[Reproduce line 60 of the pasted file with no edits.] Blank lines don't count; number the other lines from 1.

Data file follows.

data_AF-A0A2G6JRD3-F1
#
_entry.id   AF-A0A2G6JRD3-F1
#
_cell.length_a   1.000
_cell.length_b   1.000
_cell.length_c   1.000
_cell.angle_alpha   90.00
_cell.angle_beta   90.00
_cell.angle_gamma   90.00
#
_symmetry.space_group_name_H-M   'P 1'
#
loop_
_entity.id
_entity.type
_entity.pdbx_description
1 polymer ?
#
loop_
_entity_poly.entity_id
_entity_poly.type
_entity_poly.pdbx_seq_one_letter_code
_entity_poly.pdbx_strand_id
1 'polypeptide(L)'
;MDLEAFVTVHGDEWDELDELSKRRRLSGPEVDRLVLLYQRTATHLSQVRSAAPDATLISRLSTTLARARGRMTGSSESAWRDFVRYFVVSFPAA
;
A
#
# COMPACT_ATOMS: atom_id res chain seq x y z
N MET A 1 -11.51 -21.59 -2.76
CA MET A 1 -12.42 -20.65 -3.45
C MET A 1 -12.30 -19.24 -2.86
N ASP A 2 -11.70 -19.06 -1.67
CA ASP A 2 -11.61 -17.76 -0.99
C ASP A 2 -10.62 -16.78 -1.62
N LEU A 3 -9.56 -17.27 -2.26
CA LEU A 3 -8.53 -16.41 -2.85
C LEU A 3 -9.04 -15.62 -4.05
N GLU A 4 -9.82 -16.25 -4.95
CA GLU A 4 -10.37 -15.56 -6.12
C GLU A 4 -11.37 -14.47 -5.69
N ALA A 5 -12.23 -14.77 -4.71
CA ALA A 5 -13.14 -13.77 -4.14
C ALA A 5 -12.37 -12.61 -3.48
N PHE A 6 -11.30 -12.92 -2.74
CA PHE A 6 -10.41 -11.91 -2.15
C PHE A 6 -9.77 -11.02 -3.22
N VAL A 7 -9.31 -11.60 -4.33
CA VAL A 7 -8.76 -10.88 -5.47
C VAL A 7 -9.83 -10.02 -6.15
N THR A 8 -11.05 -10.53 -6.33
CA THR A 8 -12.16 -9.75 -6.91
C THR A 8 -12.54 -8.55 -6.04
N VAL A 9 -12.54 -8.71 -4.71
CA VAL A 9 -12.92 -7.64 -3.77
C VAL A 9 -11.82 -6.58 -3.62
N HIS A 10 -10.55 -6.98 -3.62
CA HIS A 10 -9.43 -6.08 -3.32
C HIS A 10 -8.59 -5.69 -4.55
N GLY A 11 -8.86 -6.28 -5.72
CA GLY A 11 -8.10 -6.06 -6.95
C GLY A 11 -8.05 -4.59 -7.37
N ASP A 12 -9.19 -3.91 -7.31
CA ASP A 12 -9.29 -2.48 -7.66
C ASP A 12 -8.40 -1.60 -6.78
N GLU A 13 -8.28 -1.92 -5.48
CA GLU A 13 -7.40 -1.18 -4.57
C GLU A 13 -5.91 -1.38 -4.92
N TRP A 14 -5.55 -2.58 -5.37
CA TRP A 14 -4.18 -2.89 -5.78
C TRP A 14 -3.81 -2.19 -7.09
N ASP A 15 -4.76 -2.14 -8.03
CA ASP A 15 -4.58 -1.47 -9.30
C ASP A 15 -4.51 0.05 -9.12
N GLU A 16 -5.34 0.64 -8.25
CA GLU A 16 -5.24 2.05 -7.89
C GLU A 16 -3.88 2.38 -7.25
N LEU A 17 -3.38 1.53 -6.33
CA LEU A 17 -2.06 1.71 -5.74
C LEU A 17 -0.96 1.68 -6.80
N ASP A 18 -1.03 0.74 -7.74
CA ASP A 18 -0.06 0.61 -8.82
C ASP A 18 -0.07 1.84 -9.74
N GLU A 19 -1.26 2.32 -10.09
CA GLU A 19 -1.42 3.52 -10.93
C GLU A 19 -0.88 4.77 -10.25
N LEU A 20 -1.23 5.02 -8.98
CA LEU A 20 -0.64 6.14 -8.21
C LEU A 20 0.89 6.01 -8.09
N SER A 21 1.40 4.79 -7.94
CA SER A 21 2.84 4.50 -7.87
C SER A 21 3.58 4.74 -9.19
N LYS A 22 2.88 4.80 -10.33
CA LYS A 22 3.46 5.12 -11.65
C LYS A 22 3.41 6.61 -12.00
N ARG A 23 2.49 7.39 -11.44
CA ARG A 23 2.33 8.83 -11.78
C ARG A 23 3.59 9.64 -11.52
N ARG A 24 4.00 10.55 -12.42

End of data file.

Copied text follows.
C HIS A 10 -8.59 -5.69 -4.55